COOKIE CONSENT
Create
Notifications
Favorites Edit
Advertisement

SK Flashback: A twist in the 'tail' in the World Cup 1996 Semi-Final

ANALYST
Feature
337   //    Timeless

West Indies were unlikely semi-finalists, Australia the favourites. Even in decline, the West Indies were not a team to be trifled with. An extra effort from someone could tilt the balance. That effort, at the outset, came from the Caribbean pacemen.

The magical Shane Warne mesmerised the West Indies.
The magical Shane Warne mesmerised the West Indies.

Curtly Ambrose began ominously with a huge in-swinger that drew a gasp all around. Next ball, the prolific Mark Waugh was trapped leg-before, hopelessly late on his elegant defensive stroke. Brian Lara dropped Mark Taylor in the slips off Ian Bishop. But Taylor edged a Bishop delivery on to the stumps in the fourth over. Two down for 7, and only one run from the bat. That was off the dropped catch. Ricky Ponting was stranded in front of the sticks by another Ambrose special. Three down for 8 off 4.5 overs. Bishop had the resolute Steve Waugh’s bails flying. It was a disaster at 15 for four after 9.1 overs. 

Stuart Law and Michael Bevan dug in as Courtney Walsh bowled a thrifty spell. The Mohali wicket lost its bite, so did the bowling. Rookie Otis Gibson was hit for 13 runs in two overs. The pressure eased. The pair posted 138 in 32 overs, Australian fifth-wicket World Cup record. Law was run out for 72. As often happens, Bevan left soon for 69. Ian Healy hit 31 off 28 balls. But a score of 207 did not seem enough.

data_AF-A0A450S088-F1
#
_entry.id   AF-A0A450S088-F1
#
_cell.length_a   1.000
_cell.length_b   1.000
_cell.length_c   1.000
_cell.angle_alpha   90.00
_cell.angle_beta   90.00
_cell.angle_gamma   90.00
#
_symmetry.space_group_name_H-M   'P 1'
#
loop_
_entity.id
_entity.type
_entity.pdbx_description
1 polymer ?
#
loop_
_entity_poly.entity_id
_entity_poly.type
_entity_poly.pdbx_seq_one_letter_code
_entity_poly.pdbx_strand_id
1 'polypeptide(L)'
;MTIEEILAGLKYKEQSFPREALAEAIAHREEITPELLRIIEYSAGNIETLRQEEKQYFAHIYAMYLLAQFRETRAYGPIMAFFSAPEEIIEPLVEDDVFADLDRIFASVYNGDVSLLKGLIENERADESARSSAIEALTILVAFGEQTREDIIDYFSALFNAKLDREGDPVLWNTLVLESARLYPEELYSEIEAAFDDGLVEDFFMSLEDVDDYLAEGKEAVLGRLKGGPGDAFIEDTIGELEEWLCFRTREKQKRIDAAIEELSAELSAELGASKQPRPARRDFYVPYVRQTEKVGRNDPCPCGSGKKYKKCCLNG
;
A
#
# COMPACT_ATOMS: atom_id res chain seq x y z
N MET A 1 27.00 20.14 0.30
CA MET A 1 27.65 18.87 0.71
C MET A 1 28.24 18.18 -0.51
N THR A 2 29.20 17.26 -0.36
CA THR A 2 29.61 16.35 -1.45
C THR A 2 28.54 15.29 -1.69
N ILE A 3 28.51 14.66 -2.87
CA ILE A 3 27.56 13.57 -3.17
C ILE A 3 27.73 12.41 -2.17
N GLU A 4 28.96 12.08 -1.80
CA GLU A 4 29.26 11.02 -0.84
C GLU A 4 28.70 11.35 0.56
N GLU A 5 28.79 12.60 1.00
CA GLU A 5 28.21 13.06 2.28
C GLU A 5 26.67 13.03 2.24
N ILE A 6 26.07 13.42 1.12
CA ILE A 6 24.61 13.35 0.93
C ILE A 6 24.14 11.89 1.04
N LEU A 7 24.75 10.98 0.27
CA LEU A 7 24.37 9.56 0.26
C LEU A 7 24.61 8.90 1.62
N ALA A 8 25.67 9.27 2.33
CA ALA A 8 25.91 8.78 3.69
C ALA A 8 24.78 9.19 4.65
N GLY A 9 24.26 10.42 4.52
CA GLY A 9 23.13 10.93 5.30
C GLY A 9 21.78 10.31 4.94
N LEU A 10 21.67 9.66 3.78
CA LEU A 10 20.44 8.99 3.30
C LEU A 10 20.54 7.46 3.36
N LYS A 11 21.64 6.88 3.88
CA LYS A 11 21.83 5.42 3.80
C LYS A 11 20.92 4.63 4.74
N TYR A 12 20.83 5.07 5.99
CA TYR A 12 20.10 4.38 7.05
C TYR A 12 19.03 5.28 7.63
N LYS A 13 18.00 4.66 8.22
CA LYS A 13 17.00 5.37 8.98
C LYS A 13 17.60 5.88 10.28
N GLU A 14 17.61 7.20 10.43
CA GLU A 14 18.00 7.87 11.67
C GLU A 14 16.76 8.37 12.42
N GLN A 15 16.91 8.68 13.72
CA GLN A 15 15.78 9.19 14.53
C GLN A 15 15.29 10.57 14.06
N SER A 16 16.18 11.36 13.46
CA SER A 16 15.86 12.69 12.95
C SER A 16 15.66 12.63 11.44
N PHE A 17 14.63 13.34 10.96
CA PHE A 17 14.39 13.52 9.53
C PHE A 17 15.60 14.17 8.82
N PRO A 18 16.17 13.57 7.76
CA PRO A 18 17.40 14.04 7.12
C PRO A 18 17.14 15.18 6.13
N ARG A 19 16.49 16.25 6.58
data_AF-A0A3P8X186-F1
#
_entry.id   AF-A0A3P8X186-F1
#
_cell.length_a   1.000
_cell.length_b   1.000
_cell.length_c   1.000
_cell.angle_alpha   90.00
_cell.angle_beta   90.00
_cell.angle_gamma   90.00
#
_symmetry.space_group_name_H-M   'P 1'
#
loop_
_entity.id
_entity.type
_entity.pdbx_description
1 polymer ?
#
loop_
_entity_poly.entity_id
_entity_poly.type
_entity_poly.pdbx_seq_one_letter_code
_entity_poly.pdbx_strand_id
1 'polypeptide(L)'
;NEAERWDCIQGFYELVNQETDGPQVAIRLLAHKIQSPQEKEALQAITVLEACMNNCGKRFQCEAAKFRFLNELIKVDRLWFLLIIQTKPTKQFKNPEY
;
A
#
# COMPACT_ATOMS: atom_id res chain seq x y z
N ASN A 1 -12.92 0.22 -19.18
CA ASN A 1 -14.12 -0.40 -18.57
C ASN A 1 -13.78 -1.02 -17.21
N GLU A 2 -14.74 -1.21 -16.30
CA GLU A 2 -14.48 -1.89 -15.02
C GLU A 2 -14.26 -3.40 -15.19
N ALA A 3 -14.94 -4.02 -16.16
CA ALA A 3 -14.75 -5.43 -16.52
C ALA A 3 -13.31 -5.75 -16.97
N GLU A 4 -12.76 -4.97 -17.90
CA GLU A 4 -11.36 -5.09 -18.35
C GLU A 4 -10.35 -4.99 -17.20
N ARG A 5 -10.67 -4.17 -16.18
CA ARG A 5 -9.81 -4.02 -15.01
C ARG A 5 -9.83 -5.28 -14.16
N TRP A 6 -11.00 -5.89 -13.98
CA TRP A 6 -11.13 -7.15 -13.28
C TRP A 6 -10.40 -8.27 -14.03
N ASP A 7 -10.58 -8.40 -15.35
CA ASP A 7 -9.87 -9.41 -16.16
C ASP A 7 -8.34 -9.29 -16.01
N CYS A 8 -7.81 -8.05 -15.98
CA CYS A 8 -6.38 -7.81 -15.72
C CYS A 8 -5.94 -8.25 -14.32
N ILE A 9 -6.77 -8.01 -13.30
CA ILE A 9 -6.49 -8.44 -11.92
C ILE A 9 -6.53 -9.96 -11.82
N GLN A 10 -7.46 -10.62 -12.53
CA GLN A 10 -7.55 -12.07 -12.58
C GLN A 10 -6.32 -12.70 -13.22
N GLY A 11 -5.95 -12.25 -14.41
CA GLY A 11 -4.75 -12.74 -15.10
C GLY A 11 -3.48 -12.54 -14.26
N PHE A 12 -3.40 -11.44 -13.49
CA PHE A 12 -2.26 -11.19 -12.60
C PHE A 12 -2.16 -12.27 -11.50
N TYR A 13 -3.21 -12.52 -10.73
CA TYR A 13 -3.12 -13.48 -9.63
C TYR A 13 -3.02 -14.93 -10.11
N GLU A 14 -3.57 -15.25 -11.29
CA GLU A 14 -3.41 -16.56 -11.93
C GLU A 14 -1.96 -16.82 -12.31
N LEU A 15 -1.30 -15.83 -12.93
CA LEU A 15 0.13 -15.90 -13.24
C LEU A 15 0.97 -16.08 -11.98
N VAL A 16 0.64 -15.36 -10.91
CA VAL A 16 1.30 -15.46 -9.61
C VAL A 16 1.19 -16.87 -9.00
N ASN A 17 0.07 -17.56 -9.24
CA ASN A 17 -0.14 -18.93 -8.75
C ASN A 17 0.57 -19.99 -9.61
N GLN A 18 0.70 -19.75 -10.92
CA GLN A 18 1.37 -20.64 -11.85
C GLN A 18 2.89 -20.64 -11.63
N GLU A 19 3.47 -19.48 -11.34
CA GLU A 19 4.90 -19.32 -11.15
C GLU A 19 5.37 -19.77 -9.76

Despite the early loss of makeshift opener Courtney Browne off Shane Warne's first delivery, left-handers Shivnarine Chanderpaul and Lara batted untroubled, keeping pace with the asking-rate. Lara was in sparkling form, scoring 45 at a run-a-ball and carving out four boundaries. He got a beauty from Steve Waugh that dislodged the off bail. The stand was worth 68 runs in 16.5 overs. Skipper Richie Richardson filled the breach admirably. Chanderpaul got cramps. Soon, Glenn McGrath, had him caught for 80 off 126 balls with 7 fours. Another 43 were required off 50 balls.

Dew had begun to fall as the evening wore on. McGrath had Roger Harper leg-before. Skipper Taylor pulled out his last trick, Shane Warne. Gibson was promoted to hit out but Warne was too wily. Even the unflappable Jimmy Adams could not bear the pressure. The fabled Warne flipper fooled him. Keith Arthurton, woefully out of touch, had collected two runs in four innings. He was far too nervous, swung wildly at Damien Fleming, edged to a jubilant Healy, and failed to add to his miserable tally. With 20 required off 14 balls, Richardson had just nine, ten and jack for company. Warne’s perfectly pitched flipper in the 49th over left Bishop clueless.

Warne grabbed three wickets for 6 runs in his third spell of 3 overs. He recounted later: "I was really pumped up. When we got Chanderpaul we knew we had a very good chance. It is important to bowl a tight line and length under the circumstances rather than spin the ball prodigiously." 

West Indies needed 10 runs in the final over with two wickets left. Richardson blasted the first ball to the mid-wicket boundary. Excitement reached fever pitch. There were six runs to win off 5 balls. Surely the captain would see them through. But this was not a situation for rational acts. As the ball streaked to the wicketkeeper, Ambrose took off for a single and just failed to make it. Six to get off 4 balls. The role did not suit the last man Walsh. Richardson watched helplessly. Fleming, accurate and nippy, made the ball skid. Walsh had no idea what he was supposed to do. Before he could decide, the ball crashed into his stumps. Australia had conjured another of cricket’s legendary tales. West Indies were in control for 91 overs. They did not know how to handle the final nine.

Australia: 207 for 8 wickets (50 overs), West Indies: 202 all out (49.3 overs) (CWC 1996)

Tags:
Advertisement
Advertisement
Fetching more content...